From Our Own Correspondent Thous.
The Catholic Church is assuming even greater importance, and is attracting more and more attention in France. Her enemies are obliged to be careful to take her into account.
It would be false, of course, to say that anti-clericalism is dead. Only yesterday we heard in the street the cry: " Read the
Populaire! . anti-Eascist and anticlerical paper . . . political editor Leon Blum! "—and it was a woman shouting this at the top of her voice in Montmartre.
" The J.O.C. Better Than Us" But all the same this aggressive anticlericalism has fewer supporters than formerly. Take, for instance, the National Union of School-teachers (Syndicat national des Instituteurs) whose anti-clerical atti tude cannot be doubted. At its annual Congress in August a M. Rollo, secretary of the Defense idiotic, made this astonishing statement: " The Church is making great efforts to get hold of the young. Everywhere groups of the J.O.C. are forming, and the other day the J.O.C. held a Congress of a sort that we are quite incapable of organising . . . against all these creations of the Church we have absolutely nothing except our goodwill. We get absolutely no support from the groups of the Left . . , The Church is anxiously occupied with the social problems, while the majority of school-teachers do not give the working classes the help they should give,"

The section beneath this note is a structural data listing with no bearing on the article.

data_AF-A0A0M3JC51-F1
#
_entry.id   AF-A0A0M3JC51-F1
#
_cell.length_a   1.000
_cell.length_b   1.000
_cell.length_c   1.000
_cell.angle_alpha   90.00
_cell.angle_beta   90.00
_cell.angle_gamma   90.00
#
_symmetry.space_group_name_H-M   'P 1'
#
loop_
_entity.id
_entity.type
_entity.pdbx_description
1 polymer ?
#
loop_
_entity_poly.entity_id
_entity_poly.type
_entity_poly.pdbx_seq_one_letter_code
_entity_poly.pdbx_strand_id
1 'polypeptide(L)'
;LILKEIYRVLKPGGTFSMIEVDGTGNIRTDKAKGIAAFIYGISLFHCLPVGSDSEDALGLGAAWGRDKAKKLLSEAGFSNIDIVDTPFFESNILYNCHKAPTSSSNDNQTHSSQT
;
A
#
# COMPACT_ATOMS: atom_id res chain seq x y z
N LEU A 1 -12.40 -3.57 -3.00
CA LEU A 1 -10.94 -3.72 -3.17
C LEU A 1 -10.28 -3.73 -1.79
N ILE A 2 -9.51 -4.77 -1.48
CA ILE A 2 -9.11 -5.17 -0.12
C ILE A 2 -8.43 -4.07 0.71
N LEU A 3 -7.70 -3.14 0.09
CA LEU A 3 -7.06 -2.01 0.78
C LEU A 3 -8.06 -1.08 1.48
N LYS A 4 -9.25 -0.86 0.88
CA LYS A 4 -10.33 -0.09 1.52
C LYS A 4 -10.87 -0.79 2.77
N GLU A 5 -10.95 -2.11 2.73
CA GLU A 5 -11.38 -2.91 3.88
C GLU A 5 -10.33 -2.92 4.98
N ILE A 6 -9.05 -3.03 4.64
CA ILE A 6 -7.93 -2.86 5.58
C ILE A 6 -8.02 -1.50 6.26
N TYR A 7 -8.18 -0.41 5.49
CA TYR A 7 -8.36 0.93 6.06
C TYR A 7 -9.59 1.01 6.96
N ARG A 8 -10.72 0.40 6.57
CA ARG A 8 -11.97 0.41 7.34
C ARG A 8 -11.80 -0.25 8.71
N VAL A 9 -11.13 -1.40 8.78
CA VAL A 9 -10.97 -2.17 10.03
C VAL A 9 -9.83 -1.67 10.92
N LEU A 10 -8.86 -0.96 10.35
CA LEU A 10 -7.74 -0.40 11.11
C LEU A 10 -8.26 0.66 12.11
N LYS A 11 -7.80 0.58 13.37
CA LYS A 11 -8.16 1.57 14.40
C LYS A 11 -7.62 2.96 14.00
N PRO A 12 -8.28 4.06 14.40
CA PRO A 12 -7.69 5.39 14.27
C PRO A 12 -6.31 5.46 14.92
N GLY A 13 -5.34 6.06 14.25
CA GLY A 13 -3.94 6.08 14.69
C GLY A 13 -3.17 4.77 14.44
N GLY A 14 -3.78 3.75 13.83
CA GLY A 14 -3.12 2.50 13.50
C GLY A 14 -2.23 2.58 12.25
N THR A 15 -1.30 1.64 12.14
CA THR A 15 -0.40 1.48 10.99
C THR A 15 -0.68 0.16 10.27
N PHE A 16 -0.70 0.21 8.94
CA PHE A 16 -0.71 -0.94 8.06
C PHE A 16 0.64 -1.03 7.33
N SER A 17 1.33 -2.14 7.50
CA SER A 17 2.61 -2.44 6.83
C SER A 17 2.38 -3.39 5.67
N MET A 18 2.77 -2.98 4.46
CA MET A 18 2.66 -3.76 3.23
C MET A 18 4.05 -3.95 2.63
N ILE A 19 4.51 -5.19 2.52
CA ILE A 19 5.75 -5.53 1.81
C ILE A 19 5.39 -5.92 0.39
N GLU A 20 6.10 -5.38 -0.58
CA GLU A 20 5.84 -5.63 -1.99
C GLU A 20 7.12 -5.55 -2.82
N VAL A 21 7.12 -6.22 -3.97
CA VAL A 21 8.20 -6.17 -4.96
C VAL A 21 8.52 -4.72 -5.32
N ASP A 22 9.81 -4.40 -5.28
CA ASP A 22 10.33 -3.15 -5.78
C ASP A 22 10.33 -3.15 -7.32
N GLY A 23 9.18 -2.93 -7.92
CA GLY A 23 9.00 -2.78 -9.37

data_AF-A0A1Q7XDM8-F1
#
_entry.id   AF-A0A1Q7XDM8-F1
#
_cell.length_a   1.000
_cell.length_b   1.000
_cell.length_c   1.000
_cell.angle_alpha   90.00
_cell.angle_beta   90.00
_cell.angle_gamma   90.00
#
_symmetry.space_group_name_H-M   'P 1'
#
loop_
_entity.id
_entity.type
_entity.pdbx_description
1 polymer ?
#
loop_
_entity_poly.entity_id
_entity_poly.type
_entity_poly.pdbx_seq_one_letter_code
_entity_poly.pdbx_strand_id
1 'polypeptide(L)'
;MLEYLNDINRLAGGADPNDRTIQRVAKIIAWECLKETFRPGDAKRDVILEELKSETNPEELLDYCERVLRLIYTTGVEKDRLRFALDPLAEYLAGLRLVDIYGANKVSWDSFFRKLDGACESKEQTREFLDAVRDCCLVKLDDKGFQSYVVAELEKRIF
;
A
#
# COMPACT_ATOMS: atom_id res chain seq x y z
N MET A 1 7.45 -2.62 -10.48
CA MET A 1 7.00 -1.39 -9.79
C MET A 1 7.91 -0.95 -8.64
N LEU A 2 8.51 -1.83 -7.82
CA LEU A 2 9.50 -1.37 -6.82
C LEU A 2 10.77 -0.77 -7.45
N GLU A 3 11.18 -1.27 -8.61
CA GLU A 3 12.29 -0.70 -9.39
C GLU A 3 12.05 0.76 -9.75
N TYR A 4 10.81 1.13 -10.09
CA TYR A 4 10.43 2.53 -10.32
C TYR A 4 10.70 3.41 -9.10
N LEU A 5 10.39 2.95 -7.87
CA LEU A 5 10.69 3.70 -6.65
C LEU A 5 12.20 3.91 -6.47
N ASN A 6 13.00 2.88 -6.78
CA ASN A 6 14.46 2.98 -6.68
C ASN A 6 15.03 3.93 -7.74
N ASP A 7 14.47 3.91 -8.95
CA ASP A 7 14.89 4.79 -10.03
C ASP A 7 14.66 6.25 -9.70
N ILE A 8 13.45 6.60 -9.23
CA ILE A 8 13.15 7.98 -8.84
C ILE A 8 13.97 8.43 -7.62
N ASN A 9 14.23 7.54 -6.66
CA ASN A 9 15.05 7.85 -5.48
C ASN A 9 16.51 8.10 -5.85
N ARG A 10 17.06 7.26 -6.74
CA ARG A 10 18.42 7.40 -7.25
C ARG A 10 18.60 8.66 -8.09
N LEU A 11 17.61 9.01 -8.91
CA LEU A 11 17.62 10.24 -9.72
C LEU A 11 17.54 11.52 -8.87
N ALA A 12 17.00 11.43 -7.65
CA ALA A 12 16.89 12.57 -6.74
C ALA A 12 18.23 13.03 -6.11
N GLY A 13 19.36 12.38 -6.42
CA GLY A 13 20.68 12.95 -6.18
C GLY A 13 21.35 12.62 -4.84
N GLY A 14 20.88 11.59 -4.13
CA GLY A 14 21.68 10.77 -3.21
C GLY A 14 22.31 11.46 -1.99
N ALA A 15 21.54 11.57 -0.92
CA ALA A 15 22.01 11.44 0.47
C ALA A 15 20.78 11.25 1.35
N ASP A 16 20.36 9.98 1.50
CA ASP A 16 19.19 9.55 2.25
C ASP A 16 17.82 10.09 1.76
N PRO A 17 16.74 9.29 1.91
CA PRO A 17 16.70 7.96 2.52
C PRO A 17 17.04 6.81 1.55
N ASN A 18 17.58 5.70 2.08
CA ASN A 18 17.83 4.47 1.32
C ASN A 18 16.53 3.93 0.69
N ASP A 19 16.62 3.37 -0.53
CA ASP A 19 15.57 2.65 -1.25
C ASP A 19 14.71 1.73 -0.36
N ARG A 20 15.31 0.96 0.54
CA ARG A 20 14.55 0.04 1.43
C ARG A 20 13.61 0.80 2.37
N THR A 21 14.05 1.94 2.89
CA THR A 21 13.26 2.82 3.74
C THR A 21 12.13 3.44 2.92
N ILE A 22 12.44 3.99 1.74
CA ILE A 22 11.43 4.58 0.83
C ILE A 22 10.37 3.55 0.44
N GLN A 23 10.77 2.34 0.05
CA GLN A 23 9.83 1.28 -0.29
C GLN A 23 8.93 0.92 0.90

Thus a militant anti-clerical admits the beneficent activity of the Church and admits that anti-clericalism has been abandoned by the Left.
Radicals Uphold Clergy
Moreover, in the Ere Nouvelle, the organ of M. Herriot, a series of articles has appeared which repudiate anti-clericalism on behalf of the Radical Party, which for half-a-century has gloried in it, and render homage to the unique contribution made by Christianity to our civilisation.